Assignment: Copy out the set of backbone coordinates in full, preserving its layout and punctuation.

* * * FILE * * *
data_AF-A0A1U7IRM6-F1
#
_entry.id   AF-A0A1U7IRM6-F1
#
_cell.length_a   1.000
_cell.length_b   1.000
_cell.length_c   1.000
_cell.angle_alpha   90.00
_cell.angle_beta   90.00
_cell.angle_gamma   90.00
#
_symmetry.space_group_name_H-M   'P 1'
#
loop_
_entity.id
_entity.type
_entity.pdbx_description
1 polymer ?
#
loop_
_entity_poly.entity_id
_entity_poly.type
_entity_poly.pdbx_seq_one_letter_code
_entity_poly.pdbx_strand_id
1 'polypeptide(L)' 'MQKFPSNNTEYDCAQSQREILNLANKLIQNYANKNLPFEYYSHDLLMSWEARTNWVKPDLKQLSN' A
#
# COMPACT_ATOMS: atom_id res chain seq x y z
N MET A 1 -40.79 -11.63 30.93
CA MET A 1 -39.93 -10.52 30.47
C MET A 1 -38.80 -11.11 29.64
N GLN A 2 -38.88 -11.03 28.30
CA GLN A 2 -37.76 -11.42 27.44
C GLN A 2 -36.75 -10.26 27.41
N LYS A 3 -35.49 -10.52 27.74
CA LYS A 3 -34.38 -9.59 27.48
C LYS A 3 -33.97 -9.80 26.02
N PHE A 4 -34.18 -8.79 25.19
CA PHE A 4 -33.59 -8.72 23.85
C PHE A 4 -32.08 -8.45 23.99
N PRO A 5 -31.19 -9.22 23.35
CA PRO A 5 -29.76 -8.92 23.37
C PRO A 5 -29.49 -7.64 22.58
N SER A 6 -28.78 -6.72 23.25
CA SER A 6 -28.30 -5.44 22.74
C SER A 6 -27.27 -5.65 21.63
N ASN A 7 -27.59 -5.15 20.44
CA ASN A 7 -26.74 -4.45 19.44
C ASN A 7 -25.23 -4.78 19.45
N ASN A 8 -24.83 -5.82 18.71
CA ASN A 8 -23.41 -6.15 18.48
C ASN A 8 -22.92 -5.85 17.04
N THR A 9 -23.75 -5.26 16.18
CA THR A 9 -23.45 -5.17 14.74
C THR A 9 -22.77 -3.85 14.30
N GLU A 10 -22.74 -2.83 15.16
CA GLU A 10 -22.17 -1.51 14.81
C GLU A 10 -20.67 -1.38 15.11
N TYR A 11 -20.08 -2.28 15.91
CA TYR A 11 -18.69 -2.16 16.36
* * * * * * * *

data_AF-A0A1U7IRM6-F1
#
_entry.id   AF-A0A1U7IRM6-F1
#
_cell.length_a   1.000
_cell.length_b   1.000
_cell.length_c   1.000
_cell.angle_alpha   90.00
_cell.angle_beta   90.00
_cell.angle_gamma   90.00
#
_symmetry.space_group_name_H-M   'P 1'
#
loop_
_entity.id
_entity.type
_entity.pdbx_description
1 polymer ?
#
loop_
_entity_poly.entity_id
_entity_poly.type
_entity_poly.pdbx_seq_one_letter_code
_entity_poly.pdbx_strand_id
1 'polypeptide(L)' 'MQKFPSNNTEYDCAQSQREILNLANKLIQNYANKNLPFEYYSHDLLMSWEARTNWVKPDLKQLSN' A
#
# COMPACT_ATOMS: atom_id res chain seq x y z
N MET A 1 -40.79 -11.63 30.93
CA MET A 1 -39.93 -10.52 30.47
C MET A 1 -38.80 -11.11 29.64
N GLN A 2 -38.88 -11.03 28.30
CA GLN A 2 -37.76 -11.42 27.44
C GLN A 2 -36.75 -10.26 27.41
N LYS A 3 -35.49 -10.52 27.74
CA LYS A 3 -34.38 -9.59 27.48
C LYS A 3 -33.97 -9.80 26.02
N PHE A 4 -34.18 -8.79 25.19
CA PHE A 4 -33.59 -8.72 23.85
C PHE A 4 -32.08 -8.45 23.99
N PRO A 5 -31.19 -9.22 23.35
CA PRO A 5 -29.76 -8.92 23.37
C PRO A 5 -29.49 -7.64 22.58
N SER A 6 -28.78 -6.72 23.25
CA SER A 6 -28.30 -5.44 22.74
C SER A 6 -27.27 -5.65 21.63
N ASN A 7 -27.59 -5.15 20.44
CA ASN A 7 -26.74 -4.45 19.44
C ASN A 7 -25.23 -4.78 19.45
N ASN A 8 -24.83 -5.82 18.71
CA ASN A 8 -23.41 -6.15 18.48
C ASN A 8 -22.92 -5.85 17.04
N THR A 9 -23.75 -5.26 16.18
CA THR A 9 -23.45 -5.17 14.74
C THR A 9 -22.77 -3.85 14.30
N GLU A 10 -22.74 -2.83 15.16
CA GLU A 10 -22.17 -1.51 14.81
C GLU A 10 -20.67 -1.38 15.11
N TYR A 11 -20.08 -2.28 15.91
CA TYR A 11 -18.69 -2.16 16.36